There are very few people if any at all who can say that they find hornets endearing. That because the only way a hornet is likely to endear itself to you is by a lashing sting so painful, enough to send a grown man screaming and seeking the nearest cover. A Japanese hornet can decimate 40 bees under a minute when it invades their colony. It is one of the worst enemies to any bee colony except the Japanese bee which has learnt to repulse these hornet attacks by creating heat balls from their flapping wings.
What is the Japanese hornet?
There are hornets and then there is the Japanese hornet. While no one would want to mess with any hornets nest, trust us when we tell you that no one in their right mind would even want to get close to the Japanese hornet.
The Japanese hornet is considered a giant because of it imposing size. For context and perspective, let’s consider the range of size in bees. The tiny stingless bee species workers grow less than 2 millimeters or 0.08 inches long while the female Megachilepluto which is considered to be the largest species of leafcutter bees can achieve a length of 39 millimeters or 1.54 inches. The Japanese hornets grow to be about 1.5 inches to 2 inches. The Japanese hornet queens are said to be significantly larger. This may not sound like a huge difference in size to a human being but in the scale of smaller insects, they are basically two to three times the size of different bee species and that is a massive difference. Should one have the misfortune of being stung by a Japanese hornet, your record will reflect that the difference in pain is several notches higher than that of a bee or wasp. It is often compared to being shot by a nail gun.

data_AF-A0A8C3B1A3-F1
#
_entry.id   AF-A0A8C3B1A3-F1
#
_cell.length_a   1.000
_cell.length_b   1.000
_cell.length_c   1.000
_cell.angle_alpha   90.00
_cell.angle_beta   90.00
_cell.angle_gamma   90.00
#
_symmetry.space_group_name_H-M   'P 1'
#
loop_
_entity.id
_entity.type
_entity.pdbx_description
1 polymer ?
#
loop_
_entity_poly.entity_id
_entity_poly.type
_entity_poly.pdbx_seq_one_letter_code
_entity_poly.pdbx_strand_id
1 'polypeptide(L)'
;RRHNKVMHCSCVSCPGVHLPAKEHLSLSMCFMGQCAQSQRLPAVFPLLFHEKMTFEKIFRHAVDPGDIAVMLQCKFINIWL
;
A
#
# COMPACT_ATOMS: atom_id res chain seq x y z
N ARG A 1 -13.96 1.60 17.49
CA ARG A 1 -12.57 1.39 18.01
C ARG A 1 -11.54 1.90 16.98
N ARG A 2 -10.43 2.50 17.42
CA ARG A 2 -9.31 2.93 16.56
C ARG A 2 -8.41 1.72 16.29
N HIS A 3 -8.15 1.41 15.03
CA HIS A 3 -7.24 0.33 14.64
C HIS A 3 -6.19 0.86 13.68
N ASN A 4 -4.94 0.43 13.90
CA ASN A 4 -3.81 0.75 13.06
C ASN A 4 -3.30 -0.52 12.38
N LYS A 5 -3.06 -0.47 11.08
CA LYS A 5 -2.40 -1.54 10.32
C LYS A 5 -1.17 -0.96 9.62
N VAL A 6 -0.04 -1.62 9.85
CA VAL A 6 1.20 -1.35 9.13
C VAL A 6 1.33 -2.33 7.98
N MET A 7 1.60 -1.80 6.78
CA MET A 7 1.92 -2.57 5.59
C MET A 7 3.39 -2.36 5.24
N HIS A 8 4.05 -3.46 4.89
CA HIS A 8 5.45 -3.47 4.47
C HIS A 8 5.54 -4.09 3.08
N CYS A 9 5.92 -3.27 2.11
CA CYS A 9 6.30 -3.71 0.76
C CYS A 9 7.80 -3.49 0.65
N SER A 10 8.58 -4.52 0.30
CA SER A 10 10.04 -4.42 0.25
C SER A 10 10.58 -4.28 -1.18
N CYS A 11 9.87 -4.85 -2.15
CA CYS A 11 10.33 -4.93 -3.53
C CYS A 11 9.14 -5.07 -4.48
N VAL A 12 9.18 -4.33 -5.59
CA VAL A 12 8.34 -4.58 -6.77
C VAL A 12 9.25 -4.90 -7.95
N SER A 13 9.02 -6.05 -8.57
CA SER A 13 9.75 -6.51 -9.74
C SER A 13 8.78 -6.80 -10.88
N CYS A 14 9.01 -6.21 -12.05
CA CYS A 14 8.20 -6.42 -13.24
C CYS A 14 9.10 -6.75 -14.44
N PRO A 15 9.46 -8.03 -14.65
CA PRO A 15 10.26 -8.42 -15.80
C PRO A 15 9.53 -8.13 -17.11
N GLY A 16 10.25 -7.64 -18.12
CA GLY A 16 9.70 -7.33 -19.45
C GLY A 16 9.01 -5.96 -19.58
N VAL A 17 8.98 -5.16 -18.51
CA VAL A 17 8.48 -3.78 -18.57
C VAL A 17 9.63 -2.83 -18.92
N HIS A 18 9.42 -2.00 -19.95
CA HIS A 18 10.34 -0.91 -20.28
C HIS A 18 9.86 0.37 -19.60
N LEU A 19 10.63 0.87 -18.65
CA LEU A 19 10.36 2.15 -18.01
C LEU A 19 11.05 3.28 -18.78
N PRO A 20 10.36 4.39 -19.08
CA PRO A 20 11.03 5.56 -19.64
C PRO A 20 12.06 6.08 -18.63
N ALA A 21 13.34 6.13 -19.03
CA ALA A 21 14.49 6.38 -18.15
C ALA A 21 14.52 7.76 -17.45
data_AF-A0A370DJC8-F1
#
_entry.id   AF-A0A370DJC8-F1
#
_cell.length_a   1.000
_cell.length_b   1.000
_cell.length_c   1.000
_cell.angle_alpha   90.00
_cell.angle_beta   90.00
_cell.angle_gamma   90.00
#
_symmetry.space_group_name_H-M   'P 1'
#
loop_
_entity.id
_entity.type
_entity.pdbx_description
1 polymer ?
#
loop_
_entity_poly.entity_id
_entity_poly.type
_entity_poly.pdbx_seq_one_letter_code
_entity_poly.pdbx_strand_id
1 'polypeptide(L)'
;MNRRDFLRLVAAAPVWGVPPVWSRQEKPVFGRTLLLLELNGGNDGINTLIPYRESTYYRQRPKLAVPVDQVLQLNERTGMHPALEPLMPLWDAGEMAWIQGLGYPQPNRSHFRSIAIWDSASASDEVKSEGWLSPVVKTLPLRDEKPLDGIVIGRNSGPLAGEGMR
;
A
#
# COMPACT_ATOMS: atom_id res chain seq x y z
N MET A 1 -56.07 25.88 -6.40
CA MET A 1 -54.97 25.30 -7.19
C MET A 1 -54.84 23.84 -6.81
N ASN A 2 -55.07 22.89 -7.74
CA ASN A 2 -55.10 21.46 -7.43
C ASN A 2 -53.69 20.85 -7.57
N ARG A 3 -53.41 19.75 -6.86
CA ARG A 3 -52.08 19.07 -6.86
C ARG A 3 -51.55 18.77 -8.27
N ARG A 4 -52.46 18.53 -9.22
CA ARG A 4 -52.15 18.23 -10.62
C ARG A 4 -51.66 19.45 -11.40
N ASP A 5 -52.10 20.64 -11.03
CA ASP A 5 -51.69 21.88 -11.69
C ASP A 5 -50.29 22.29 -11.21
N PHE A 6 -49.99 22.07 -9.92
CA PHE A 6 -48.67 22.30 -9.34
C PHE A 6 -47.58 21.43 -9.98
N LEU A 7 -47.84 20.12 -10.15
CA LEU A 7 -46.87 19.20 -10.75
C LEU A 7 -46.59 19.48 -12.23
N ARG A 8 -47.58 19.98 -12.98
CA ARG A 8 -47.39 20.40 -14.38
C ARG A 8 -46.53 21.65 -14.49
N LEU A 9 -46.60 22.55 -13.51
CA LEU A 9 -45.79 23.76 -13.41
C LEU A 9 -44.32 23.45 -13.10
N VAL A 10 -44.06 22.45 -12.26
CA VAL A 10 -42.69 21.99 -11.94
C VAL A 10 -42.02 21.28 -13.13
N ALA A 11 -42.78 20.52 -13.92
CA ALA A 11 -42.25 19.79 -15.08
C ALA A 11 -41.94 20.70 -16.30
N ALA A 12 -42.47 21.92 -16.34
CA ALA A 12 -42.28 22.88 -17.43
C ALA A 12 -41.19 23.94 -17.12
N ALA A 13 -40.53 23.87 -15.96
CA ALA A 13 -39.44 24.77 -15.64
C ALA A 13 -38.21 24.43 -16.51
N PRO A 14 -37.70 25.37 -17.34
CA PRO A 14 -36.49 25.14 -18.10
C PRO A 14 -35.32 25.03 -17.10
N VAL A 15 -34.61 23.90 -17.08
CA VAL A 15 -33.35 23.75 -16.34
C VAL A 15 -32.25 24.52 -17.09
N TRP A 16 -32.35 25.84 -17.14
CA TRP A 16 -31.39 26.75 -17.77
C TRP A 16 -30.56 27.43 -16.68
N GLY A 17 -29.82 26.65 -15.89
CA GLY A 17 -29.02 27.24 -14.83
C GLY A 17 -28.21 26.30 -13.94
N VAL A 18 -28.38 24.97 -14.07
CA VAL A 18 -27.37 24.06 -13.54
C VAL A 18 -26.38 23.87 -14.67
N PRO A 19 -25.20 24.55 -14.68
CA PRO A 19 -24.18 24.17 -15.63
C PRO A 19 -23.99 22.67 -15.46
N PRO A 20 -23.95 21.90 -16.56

They deliver more venom per sting and therefore if attacked by a swarm it may be fatal if one fails to get to a hospital in time. Often victims die from anaphylactic shock if medical attention is not administered immediately. In Japan, these hornets are responsible for more deaths in a year than any other animal in Japan. Poisonous snakes kill about 10 people a year while Japan’s hornets kill approximately 40 people a year.
Japanese hornets are often mistaken for their larger cousins known as the Asian giant hornet. But in fact the Japanese hornet is slightly smaller than their counterpart and is a subspecies of the Asian giant hornet. Other than size the other difference is that the Japanese hornet is that is exclusive to Japan whereas the Asian giant hornet is found in far much larger geography across Asia including Nepal, China, Taiwan and Mongolia.
The Japanese hornets are not all doom and gloom as they are known to be beneficial to farmers because of the voracious appetite for bugs and insects around the farm. They are not aggressive unless provoked